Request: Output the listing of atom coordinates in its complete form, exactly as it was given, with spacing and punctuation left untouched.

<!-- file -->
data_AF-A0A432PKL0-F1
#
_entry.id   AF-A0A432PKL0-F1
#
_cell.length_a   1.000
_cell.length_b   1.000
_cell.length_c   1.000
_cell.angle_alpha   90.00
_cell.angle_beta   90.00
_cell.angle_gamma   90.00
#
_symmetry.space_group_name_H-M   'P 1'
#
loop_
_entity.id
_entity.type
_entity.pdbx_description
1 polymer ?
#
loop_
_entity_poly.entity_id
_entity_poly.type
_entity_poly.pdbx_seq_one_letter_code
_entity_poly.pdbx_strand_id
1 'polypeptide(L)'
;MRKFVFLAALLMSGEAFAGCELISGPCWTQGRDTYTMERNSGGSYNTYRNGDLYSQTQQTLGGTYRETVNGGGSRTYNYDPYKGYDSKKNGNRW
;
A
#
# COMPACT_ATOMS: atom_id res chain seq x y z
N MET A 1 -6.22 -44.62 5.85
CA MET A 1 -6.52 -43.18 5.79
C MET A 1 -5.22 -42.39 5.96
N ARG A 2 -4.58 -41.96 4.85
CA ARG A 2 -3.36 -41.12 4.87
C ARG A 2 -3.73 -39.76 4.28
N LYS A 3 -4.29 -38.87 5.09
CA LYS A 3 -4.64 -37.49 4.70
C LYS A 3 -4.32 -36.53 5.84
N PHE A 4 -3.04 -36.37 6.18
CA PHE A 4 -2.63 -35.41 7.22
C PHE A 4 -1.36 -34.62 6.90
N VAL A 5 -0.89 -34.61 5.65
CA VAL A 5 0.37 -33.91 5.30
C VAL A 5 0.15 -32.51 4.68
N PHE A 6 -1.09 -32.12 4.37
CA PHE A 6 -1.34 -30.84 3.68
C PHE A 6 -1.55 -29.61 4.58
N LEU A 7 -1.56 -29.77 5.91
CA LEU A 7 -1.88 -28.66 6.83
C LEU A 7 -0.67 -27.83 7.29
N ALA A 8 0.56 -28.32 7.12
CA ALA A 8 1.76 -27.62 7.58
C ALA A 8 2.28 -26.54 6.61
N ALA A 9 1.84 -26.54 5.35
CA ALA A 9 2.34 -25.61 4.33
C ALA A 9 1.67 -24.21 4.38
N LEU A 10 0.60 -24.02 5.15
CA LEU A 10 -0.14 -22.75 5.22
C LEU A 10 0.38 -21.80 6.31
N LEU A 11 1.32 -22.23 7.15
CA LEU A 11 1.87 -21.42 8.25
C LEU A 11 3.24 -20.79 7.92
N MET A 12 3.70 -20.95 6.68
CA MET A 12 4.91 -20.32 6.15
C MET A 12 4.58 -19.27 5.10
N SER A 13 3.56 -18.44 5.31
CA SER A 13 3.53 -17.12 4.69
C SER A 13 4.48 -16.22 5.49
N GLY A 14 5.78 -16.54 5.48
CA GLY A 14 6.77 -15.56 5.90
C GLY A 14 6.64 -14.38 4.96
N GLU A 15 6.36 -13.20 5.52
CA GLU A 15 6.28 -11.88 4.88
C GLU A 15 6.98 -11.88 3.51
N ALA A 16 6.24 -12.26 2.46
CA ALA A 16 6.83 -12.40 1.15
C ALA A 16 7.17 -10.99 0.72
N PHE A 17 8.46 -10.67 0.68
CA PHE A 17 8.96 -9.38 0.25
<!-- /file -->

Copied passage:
data_AF-A0A432PKL0-F1
#
_entry.id   AF-A0A432PKL0-F1
#
_cell.length_a   1.000
_cell.length_b   1.000
_cell.length_c   1.000
_cell.angle_alpha   90.00
_cell.angle_beta   90.00
_cell.angle_gamma   90.00
#
_symmetry.space_group_name_H-M   'P 1'
#
loop_
_entity.id
_entity.type
_entity.pdbx_description
1 polymer ?
#
loop_
_entity_poly.entity_id
_entity_poly.type
_entity_poly.pdbx_seq_one_letter_code
_entity_poly.pdbx_strand_id
1 'polypeptide(L)'
;MRKFVFLAALLMSGEAFAGCELISGPCWTQGRDTYTMERNSGGSYNTYRNGDLYSQTQQTLGGTYRETVNGGGSRTYNYDPYKGYDSKKNGNRW
;
A
#
# COMPACT_ATOMS: atom_id res chain seq x y z
N MET A 1 -6.22 -44.62 5.85
CA MET A 1 -6.52 -43.18 5.79
C MET A 1 -5.22 -42.39 5.96
N ARG A 2 -4.58 -41.96 4.85
CA ARG A 2 -3.36 -41.12 4.87
C ARG A 2 -3.73 -39.76 4.28
N LYS A 3 -4.29 -38.87 5.09
CA LYS A 3 -4.64 -37.49 4.70
C LYS A 3 -4.32 -36.53 5.84
N PHE A 4 -3.04 -36.37 6.18
CA PHE A 4 -2.63 -35.41 7.22
C PHE A 4 -1.36 -34.62 6.90
N VAL A 5 -0.89 -34.61 5.65
CA VAL A 5 0.37 -33.91 5.30
C VAL A 5 0.15 -32.51 4.68
N PHE A 6 -1.09 -32.12 4.37
CA PHE A 6 -1.34 -30.84 3.68
C PHE A 6 -1.55 -29.61 4.58
N LEU A 7 -1.56 -29.77 5.91
CA LEU A 7 -1.88 -28.66 6.83
C LEU A 7 -0.67 -27.83 7.29
N ALA A 8 0.56 -28.32 7.12
CA ALA A 8 1.76 -27.62 7.58
C ALA A 8 2.28 -26.54 6.61
N ALA A 9 1.84 -26.54 5.35
CA ALA A 9 2.34 -25.61 4.33
C ALA A 9 1.67 -24.21 4.38
N LEU A 10 0.60 -24.02 5.15
CA LEU A 10 -0.14 -22.75 5.22
C LEU A 10 0.38 -21.80 6.31
N LEU A 11 1.32 -22.23 7.15
CA LEU A 11 1.87 -21.42 8.25
C LEU A 11 3.24 -20.79 7.92
N MET A 12 3.70 -20.95 6.68
CA MET A 12 4.91 -20.32 6.15
C MET A 12 4.58 -19.27 5.10
N SER A 13 3.56 -18.44 5.31
CA SER A 13 3.53 -17.12 4.69
C SER A 13 4.48 -16.22 5.49
N GLY A 14 5.78 -16.54 5.48
CA GLY A 14 6.77 -15.56 5.90
C GLY A 14 6.64 -14.38 4.96
N GLU A 15 6.36 -13.20 5.52
CA GLU A 15 6.28 -11.88 4.88
C GLU A 15 6.98 -11.88 3.51
N ALA A 16 6.24 -12.26 2.46
CA ALA A 16 6.83 -12.40 1.15
C ALA A 16 7.17 -10.99 0.72
N PHE A 17 8.46 -10.67 0.68
CA PHE A 17 8.96 -9.38 0.25